“It’s also awesome to have such a lot of support from my family in Gisborne — my mum (Jenny), brother (Mitchell), dad (Carl), grandad (Graham Moore) and gran (Lorraine Moore). They call me almost every night to see how I’m getting on and give me that little bit more motivation.

“But I know it’s up to me whether I make it in football.”

Brouwer was a standout performer for Thistle in last year’s Central Federation League, but said the switch to Wellington was the right move.

“The standard of football is much higher than it is in Gisborne. The competition for starting places is fierce and the game is faster and more physical, but I’m loving the challenge.”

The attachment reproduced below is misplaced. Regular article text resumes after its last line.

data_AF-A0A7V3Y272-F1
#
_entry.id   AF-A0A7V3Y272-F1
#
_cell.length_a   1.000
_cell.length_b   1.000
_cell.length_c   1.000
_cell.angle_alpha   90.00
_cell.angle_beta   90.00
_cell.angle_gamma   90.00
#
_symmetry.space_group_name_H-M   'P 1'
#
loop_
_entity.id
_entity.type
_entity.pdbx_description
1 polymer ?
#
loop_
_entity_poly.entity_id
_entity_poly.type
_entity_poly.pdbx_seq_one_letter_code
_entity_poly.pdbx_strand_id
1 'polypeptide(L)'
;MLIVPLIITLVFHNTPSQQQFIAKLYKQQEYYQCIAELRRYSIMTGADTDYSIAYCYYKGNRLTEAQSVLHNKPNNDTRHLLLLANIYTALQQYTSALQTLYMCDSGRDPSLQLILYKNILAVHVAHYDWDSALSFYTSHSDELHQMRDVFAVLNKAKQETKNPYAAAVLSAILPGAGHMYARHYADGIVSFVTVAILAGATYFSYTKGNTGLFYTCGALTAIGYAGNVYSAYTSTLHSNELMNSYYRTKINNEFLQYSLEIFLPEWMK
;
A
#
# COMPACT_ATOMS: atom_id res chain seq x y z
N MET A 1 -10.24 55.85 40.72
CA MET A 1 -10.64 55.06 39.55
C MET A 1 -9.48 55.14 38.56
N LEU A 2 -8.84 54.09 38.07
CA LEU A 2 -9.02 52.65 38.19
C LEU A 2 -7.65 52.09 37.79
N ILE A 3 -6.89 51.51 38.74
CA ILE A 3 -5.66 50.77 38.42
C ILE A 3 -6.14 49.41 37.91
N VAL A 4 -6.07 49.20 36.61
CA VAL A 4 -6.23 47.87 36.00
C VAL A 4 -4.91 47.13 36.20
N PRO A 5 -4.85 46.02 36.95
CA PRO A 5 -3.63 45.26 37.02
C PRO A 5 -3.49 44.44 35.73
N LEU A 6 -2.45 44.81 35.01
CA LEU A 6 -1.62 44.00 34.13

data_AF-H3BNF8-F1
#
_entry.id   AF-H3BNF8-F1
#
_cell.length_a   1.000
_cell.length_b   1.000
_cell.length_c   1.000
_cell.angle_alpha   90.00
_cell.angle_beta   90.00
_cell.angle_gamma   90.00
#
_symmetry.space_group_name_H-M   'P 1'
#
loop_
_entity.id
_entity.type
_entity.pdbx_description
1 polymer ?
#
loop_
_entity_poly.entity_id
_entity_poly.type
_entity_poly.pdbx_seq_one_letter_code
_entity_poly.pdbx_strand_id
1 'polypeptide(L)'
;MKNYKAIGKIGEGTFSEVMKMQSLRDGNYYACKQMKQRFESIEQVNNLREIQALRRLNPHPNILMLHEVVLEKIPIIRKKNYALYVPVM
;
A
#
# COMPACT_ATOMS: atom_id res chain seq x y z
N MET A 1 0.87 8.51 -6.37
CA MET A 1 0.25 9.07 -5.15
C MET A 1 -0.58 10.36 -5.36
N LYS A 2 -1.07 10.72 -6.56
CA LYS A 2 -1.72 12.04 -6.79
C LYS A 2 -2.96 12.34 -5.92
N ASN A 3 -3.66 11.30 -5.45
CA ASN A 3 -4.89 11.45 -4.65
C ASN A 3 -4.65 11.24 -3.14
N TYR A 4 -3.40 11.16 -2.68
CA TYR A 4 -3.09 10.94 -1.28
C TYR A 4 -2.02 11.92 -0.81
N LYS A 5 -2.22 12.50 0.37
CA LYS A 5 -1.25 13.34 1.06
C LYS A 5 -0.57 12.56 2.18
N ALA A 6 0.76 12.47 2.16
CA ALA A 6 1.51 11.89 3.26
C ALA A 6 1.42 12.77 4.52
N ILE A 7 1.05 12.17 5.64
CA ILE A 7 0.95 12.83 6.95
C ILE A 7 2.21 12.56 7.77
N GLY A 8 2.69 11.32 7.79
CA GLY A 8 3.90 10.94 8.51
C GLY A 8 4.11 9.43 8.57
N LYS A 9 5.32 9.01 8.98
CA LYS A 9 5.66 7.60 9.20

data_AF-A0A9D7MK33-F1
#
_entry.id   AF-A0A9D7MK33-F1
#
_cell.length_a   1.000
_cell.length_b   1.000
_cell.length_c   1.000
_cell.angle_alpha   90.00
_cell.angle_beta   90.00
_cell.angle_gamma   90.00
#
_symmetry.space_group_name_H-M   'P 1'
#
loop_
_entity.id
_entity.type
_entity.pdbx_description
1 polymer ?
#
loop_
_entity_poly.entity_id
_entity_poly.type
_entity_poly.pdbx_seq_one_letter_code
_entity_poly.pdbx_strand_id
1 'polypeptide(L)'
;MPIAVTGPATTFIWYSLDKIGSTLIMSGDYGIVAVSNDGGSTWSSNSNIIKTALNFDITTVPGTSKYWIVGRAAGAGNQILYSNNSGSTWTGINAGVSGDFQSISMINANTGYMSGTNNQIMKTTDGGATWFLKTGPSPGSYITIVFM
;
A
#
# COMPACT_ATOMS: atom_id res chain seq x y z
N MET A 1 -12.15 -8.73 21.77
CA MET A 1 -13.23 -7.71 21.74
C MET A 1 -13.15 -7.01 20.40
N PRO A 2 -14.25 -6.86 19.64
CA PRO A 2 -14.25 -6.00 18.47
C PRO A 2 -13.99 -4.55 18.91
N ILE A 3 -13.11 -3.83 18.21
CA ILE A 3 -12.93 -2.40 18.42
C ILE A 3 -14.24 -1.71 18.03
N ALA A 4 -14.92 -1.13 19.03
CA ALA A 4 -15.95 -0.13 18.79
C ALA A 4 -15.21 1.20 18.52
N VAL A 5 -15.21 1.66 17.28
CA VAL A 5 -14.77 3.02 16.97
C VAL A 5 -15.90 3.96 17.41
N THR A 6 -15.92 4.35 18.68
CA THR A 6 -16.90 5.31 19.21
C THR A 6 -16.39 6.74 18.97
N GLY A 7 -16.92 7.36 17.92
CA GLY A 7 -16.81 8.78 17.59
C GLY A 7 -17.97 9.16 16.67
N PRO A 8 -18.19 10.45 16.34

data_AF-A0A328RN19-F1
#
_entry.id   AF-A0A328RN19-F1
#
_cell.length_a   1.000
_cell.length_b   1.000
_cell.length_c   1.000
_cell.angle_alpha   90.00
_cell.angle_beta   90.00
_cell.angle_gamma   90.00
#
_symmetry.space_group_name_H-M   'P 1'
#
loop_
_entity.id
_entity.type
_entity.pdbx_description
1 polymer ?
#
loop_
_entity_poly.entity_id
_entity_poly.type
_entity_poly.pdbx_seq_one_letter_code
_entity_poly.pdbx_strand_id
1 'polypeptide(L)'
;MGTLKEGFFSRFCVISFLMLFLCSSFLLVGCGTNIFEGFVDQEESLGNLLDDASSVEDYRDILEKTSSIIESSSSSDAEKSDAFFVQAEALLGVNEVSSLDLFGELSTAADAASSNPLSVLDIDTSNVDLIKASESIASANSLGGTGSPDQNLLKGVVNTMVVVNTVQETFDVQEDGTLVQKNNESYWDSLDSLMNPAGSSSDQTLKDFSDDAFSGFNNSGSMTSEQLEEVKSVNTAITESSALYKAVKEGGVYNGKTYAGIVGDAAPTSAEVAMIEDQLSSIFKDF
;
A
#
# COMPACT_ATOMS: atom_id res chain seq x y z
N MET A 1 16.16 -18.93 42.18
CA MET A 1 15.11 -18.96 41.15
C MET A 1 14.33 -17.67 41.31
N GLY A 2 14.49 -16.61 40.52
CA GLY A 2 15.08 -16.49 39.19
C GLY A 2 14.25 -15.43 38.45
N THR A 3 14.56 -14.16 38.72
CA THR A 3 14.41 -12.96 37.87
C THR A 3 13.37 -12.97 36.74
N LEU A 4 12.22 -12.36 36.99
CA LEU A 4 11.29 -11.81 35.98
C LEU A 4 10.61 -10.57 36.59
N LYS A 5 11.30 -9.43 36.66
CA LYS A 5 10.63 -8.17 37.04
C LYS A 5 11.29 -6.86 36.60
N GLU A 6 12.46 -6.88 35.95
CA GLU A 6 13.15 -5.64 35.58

Should the soon-to-be-18-year-old achieve his goal, it will be a reward for overcoming a potentially career-ending knee injury he suffered in a scrape with a bus in Gisborne.

“The knee’s good now, no problems,” he said.

The teams competing in the nine-round National Youth League are Auckland City, Eastern Suburbs, Waitakere United, Hamilton Wanderers, Hawke’s Bay United, Wellington Phoenix, Team Wellington, Tasman United, Canterbury United and Southern United.

Hamilton Wanderers are the defending champions.

Daniel Farrow, competitions and events director for New Zealand Football, said the National Youth League was an important stepping stone in the talent performance pathway set down by the Whole of Football programme.

“The National Youth League is our pinnacle youth competition and a key part of our youth development pathway.”